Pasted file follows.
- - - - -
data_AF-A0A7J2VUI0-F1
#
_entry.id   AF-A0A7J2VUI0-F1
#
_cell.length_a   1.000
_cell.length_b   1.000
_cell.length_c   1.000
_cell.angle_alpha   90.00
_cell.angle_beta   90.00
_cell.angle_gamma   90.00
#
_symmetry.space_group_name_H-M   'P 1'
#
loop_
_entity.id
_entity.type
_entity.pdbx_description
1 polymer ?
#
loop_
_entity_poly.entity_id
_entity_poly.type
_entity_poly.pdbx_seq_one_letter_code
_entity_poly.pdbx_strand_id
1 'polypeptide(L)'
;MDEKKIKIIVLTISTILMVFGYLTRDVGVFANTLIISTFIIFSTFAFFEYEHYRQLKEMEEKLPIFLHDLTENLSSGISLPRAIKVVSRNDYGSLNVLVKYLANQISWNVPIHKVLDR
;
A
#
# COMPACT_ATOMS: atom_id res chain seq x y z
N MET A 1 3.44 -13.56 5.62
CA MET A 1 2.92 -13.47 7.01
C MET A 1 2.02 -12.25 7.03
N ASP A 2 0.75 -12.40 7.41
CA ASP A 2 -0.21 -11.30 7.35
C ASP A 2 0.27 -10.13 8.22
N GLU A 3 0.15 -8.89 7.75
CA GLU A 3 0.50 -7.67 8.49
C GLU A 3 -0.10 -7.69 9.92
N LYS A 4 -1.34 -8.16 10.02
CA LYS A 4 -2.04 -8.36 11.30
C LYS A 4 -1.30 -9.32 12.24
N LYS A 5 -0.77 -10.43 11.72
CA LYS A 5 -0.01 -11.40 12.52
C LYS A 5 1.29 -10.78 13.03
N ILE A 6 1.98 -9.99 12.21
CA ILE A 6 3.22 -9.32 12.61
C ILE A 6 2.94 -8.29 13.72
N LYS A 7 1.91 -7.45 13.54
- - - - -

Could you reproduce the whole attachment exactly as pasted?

data_AF-A0A7J2VUI0-F1
#
_entry.id   AF-A0A7J2VUI0-F1
#
_cell.length_a   1.000
_cell.length_b   1.000
_cell.length_c   1.000
_cell.angle_alpha   90.00
_cell.angle_beta   90.00
_cell.angle_gamma   90.00
#
_symmetry.space_group_name_H-M   'P 1'
#
loop_
_entity.id
_entity.type
_entity.pdbx_description
1 polymer ?
#
loop_
_entity_poly.entity_id
_entity_poly.type
_entity_poly.pdbx_seq_one_letter_code
_entity_poly.pdbx_strand_id
1 'polypeptide(L)'
;MDEKKIKIIVLTISTILMVFGYLTRDVGVFANTLIISTFIIFSTFAFFEYEHYRQLKEMEEKLPIFLHDLTENLSSGISLPRAIKVVSRNDYGSLNVLVKYLANQISWNVPIHKVLDR
;
A
#
# COMPACT_ATOMS: atom_id res chain seq x y z
N MET A 1 3.44 -13.56 5.62
CA MET A 1 2.92 -13.47 7.01
C MET A 1 2.02 -12.25 7.03
N ASP A 2 0.75 -12.40 7.41
CA ASP A 2 -0.21 -11.30 7.35
C ASP A 2 0.27 -10.13 8.22
N GLU A 3 0.15 -8.89 7.75
CA GLU A 3 0.50 -7.67 8.49
C GLU A 3 -0.10 -7.69 9.92
N LYS A 4 -1.34 -8.16 10.02
CA LYS A 4 -2.04 -8.36 11.30
C LYS A 4 -1.30 -9.32 12.24
N LYS A 5 -0.77 -10.43 11.72
CA LYS A 5 -0.01 -11.40 12.52
C LYS A 5 1.29 -10.78 13.03
N ILE A 6 1.98 -9.99 12.21
CA ILE A 6 3.22 -9.32 12.61
C ILE A 6 2.94 -8.29 13.72
N LYS A 7 1.91 -7.45 13.54